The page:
Overall, my experience with YouTube, vlogging there and conversing with others, has really heightened my belief that we need many mediums in order to express our identities. Also, through YouTube, I became more comfortable expressing myself and felt a huge sense of community. Because of this, I feel really passionate about representing the transgender community in a positive, meaningful way.

This project is the first time my visual art has been connected with the transgender community, and I’m finding that this is one of the first times I feel most fulfilled putting in the work to create something beautiful. While I’ve touched on transgender issues and my own transgender identity through music and poetry, I am new to exploring this in my studio art practices. Also, the community I have met through YouTube has really helped with outreach to find participants for this, and I’m extremely thankful for those connections.

One of the main forms of transgender narrative has been the autobiography. How much does your work pay homage to this tradition, and how much does it diverge from it?

By letting participants take their own pictures of their day-to-day lives and write without many guidelines or supervision by me, I believe this project is highly autobiographical for those involved. I am even considering writing a bit of an autobiography of sorts that will be a series of memoirs, and find that the autobiography is a great form for the transgender narrative.

However, my work is also diverging from some autobiographical tendencies by incorporating more than thirty different perspectives and experiences. Overall, its intention is to show how the trans-masculine community interacts and intersects with many other communities and identities.

I’ve asked participants to photograph their lives, including but not limited to pictures of themselves, their homes, families, friends, communities, favorite places and spaces. Simultaneously, I’ve asked them to write and reflect upon themselves, their thoughts, feelings, identities, and life in general, with the added note that talking about one’s trans* identity is entirely optional. In many ways, this project focuses on the trans-masculine experience, but does not only focus on that aspect.

In the end, I imagine it as a visual diary that includes individuals with certain similarities in identities, but also shows how widely and vastly we, as a community, exist and coexist.

Who is the audience for this project?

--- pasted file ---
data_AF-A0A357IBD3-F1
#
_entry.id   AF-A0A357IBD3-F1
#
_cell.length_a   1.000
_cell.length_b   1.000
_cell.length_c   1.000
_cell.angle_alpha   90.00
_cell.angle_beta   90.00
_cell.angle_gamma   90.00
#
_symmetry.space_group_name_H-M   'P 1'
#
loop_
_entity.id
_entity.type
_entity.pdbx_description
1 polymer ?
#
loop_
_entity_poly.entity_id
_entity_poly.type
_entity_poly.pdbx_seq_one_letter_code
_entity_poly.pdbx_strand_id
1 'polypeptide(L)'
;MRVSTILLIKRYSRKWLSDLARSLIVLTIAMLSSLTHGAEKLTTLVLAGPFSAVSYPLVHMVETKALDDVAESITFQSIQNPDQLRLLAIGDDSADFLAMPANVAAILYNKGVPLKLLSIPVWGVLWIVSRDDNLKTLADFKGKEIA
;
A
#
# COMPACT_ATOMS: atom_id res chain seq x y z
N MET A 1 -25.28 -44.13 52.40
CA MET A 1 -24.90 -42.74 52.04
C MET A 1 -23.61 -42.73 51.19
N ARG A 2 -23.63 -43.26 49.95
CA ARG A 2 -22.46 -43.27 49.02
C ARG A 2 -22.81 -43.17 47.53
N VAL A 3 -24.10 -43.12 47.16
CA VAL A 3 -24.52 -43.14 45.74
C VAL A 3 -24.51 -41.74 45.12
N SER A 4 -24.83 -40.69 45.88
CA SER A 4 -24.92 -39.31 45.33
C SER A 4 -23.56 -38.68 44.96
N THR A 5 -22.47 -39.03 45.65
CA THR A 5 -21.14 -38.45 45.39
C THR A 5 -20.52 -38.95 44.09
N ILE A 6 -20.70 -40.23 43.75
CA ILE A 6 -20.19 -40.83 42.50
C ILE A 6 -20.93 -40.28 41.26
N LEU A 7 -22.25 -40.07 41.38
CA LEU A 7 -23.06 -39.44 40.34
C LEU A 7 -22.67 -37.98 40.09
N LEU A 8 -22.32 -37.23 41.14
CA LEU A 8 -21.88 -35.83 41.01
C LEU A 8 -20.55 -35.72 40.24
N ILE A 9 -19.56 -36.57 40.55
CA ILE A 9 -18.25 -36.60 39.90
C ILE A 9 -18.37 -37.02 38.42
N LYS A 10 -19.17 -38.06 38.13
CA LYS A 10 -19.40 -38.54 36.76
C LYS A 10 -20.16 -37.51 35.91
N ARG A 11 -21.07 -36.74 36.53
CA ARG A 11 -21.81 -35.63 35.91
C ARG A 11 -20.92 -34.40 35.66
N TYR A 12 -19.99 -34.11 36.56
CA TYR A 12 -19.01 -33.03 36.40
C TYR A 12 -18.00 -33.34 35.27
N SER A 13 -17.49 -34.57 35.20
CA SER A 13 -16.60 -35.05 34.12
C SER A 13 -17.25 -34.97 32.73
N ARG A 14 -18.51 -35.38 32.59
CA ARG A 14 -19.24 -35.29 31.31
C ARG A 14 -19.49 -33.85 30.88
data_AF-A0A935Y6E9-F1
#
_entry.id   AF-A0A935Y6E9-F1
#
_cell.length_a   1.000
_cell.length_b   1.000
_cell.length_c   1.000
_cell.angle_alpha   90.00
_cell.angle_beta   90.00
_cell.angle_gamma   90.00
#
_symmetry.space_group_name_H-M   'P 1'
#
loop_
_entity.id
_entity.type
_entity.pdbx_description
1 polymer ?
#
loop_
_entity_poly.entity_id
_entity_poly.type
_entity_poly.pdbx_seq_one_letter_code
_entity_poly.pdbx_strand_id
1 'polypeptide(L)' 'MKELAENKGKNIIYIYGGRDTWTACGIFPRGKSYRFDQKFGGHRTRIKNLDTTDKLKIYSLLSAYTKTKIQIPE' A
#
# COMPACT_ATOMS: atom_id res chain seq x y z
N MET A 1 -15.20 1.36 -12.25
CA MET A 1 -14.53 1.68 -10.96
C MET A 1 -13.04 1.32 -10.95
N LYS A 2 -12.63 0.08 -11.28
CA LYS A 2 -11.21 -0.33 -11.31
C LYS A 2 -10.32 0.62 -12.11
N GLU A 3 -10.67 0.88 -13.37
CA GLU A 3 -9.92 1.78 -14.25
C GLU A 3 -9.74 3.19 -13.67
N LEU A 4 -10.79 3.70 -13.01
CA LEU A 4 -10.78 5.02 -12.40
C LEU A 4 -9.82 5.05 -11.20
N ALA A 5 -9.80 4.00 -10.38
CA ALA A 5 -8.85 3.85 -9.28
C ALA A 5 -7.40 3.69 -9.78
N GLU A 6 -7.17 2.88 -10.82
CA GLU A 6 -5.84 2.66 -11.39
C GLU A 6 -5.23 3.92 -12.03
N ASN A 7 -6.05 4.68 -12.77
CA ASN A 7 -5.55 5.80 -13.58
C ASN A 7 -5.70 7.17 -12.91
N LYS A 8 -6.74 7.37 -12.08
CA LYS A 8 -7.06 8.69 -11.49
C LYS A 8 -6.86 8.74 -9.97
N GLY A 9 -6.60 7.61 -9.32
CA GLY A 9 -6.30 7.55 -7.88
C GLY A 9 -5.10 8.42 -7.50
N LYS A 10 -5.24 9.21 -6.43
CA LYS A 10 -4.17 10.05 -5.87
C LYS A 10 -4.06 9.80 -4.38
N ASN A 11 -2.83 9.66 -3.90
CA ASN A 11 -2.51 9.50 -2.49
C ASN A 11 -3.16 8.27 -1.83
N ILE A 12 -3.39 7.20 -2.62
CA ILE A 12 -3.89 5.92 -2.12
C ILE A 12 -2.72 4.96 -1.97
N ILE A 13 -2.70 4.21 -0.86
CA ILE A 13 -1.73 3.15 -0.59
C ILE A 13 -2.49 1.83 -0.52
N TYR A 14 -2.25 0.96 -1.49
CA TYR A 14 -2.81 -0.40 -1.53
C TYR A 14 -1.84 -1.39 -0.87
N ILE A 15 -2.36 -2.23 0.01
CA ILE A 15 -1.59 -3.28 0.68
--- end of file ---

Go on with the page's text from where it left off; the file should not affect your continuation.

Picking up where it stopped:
The audience for this project is fairly universal. I believe this can be meaningful not only within the trans-masculine community, but also for those who are unaware of our community’s existence and all the ways in which we interact within this world. While being transgender is definitely a huge identity, it is not the defining characteristic of a person. The audience thus will be anyone willing to open their eyes to a world they simultaneously may not know exist, but also are a part of.

What is your ultimate goal with the photography project?

My ultimate goal of this project is an installation for my Senior Thesis Exhibition this coming May. I imagine it as a large wall, say 6 feet by 6 feet of space, taken up by small prints mingled among journal-entry type writings. I want the aesthetic of it to be casual, much like a diary, but also much like how one may hang pictures up of their family, friends and such when moving in to a new space; those familiar signs and people that remind one of home and of their life so far. After that, I can’t imagine having the project simply end and be tucked away, so I am considering a goal of editing and publishing this project as a tangible book as well.

What has been the most rewarding experience you’ve had from your audience?

It is very hard to choose just one, so I’ll choose one tangible and one more intangible.

Tangibly, the most rewarding experience I’ve had from my audience was being invited to speak at the College of St. Rose in Albany, NY last fall. They sent me a message, and before I knew it I was driving down there one evening and got to be their Transgender Day of Remembrance Week speaker. It was so rewarding to actually meet some of my audience in person, and definitely reaffirmed my feelings towards continuing along the public speaking path. Intangibly?

By mentoring or having conversations with many of my followers, I have found a wonderful purpose. I feel like I have a drive, a reason to keep going because there are people who are inspired by, and subsequently inspire, me. Feeling like I have made a difference and can help others, while also being helped by them, has fulfilled one of the biggest goals in my life. I am incredibly happy.